Figure 6. Visualization of the database comprising all reads produced by miR arms. Templated isomiR sequences of miR-200b-3p discovered in the milk sample are presented as an example.
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Figure 7. Visualization of isomiR profile PDF report produced by the miRViz tool. (A) Length distribution of sRNA reads by sample groups; (B) pie charts depict the percentage distribution of RefSeq miRs, templated and non-templated isomiRs; (C) spider diagrams with the distribution of different subtypes of the template isomiRs (3′-isomiRs, 5′-isomiRs, and 5′3′-isomiRs) in redundant and non-redundant datasets.
Figure 7. Visualization of isomiR profile PDF report produced by the miRViz tool. (A) Length distribution of sRNA reads by sample groups; (B) pie charts depict the percentage distribution of RefSeq miRs, templated and non-templated isomiRs; (C) spider diagrams with the distribution of different subtypes of the template isomiRs (3′-isomiRs, 5′-isomiRs, and 5′3′-isomiRs) in redundant and non-redundant datasets.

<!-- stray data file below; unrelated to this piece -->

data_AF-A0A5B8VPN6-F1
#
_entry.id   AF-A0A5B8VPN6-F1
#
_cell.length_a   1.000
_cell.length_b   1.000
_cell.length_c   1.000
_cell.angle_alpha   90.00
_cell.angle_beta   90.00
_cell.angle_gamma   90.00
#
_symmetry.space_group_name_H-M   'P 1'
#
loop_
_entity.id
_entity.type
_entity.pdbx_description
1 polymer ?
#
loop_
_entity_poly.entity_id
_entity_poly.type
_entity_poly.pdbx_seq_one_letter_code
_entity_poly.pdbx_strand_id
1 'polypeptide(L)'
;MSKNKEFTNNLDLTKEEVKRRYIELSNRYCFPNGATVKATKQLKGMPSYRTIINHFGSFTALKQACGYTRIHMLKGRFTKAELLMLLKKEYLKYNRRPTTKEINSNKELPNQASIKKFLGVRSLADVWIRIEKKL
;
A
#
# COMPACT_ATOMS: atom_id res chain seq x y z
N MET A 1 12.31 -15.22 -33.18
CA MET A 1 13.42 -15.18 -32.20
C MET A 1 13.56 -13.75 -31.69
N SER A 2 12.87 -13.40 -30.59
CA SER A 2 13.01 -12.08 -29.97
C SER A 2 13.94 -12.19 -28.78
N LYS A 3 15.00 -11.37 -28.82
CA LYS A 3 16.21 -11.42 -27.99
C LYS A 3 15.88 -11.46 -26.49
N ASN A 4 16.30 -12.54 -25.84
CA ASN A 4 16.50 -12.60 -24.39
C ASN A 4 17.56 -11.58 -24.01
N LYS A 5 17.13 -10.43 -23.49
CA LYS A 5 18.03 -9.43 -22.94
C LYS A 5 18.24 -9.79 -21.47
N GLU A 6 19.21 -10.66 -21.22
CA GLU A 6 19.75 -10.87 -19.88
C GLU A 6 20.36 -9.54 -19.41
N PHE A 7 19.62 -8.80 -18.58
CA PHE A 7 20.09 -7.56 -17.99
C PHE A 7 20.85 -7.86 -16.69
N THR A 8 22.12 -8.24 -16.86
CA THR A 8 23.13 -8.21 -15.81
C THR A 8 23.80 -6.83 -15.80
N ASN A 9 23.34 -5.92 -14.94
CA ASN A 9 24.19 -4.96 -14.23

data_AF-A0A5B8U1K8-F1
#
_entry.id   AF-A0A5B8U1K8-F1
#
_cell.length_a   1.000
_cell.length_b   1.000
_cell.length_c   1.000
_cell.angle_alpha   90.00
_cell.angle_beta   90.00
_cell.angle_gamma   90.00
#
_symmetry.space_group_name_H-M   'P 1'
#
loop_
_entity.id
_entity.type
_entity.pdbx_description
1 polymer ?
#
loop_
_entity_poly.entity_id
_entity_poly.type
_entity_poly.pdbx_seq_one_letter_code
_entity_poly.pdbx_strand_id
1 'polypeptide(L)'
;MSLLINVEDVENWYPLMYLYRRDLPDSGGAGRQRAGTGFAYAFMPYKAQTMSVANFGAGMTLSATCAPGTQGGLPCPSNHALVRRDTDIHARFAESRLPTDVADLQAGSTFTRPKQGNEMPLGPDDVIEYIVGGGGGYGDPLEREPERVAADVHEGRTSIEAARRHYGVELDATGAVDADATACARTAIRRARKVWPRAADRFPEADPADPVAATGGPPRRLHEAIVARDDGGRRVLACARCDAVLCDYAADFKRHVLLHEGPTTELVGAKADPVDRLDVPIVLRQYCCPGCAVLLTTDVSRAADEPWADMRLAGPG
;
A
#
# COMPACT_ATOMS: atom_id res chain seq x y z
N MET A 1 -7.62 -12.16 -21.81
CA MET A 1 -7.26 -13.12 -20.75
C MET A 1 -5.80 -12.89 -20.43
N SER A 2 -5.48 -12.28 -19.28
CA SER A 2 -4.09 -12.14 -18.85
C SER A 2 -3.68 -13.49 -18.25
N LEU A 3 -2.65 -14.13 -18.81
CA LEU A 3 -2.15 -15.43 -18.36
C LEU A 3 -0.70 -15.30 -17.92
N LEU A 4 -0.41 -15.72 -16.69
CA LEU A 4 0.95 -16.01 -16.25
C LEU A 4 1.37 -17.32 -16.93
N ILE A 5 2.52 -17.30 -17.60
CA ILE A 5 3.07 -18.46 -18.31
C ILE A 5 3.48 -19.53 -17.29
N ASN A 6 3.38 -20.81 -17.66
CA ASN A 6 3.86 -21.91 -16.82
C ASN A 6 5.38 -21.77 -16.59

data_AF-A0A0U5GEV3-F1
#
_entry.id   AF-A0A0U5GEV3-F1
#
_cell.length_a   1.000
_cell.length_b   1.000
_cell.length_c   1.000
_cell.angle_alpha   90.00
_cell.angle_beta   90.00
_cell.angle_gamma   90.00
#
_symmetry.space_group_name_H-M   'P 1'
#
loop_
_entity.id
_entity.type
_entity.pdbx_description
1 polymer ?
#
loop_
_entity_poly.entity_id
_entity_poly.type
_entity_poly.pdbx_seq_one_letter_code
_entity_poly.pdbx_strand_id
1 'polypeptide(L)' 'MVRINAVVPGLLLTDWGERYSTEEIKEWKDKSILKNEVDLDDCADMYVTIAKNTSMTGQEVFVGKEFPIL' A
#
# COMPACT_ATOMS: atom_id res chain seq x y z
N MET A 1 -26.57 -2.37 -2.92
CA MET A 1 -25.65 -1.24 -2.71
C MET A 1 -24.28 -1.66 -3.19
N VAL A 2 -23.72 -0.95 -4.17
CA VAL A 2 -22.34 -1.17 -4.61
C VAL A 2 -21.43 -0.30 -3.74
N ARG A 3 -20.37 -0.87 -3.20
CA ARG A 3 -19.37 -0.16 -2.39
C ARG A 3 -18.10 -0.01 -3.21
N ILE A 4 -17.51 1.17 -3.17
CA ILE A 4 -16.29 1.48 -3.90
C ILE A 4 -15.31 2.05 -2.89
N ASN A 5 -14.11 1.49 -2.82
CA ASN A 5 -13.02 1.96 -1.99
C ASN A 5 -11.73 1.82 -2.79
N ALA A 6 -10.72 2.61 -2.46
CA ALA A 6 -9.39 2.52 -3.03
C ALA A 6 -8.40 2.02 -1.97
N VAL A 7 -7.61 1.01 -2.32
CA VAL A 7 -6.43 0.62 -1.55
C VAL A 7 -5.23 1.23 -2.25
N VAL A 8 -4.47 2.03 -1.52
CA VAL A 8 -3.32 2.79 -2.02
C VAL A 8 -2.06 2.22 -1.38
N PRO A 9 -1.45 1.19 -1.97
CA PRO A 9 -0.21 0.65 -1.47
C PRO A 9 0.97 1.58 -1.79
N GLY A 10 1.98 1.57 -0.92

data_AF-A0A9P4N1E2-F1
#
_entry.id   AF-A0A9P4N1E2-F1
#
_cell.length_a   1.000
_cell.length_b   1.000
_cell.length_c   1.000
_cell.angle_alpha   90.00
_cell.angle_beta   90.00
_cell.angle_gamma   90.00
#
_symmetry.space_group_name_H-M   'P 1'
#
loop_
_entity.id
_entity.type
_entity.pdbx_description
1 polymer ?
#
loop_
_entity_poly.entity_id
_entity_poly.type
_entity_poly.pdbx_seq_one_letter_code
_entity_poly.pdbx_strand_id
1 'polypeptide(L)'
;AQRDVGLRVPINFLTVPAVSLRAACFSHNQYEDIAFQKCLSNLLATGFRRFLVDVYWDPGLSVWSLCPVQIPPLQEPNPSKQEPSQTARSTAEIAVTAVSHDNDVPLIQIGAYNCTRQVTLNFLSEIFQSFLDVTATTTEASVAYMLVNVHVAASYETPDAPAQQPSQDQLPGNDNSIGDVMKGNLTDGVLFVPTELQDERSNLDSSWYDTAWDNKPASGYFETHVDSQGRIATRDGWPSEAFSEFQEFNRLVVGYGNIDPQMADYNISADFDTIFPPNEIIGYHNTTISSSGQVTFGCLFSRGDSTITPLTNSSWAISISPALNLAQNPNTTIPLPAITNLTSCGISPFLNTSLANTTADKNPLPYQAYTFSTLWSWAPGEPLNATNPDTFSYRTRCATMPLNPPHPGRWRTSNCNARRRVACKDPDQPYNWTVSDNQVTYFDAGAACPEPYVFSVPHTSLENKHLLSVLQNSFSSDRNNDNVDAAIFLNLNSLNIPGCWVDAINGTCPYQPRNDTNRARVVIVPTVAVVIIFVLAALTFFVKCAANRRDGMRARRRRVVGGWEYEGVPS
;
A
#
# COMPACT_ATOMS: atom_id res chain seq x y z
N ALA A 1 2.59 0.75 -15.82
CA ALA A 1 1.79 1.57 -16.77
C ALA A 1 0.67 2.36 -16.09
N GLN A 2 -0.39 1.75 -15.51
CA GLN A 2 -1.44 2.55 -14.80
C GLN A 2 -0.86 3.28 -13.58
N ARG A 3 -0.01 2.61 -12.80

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Figure 8. Top 20 differentially expressed miRs and isomiRs (template and non-template) generated by miRViz tool.
Figure 8. Top 20 differentially expressed miRs and isomiRs (template and non-template) generated by miRViz tool.
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Figure 9. Summary of the top DE miRs and isomiRs grouped by miR arm. The number of miR arms presented in the report can be specified by the user.
Figure 9. Summary of the top DE miRs and isomiRs grouped by miR arm. The number of miR arms presented in the report can be specified by the user.
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Table 1. (A) The most abundant RefSeq miRs, template (t) and non-template (nont) isomiRs in all milk and plasma samples [34] detected by miRGalaxy. (B) The most abundant RefSeq miRs, template (t) and non-template (nont) isomiRs in all cancer (PDAC) and control (asymptomatic individuals) samples [35] detected by miRGalaxy.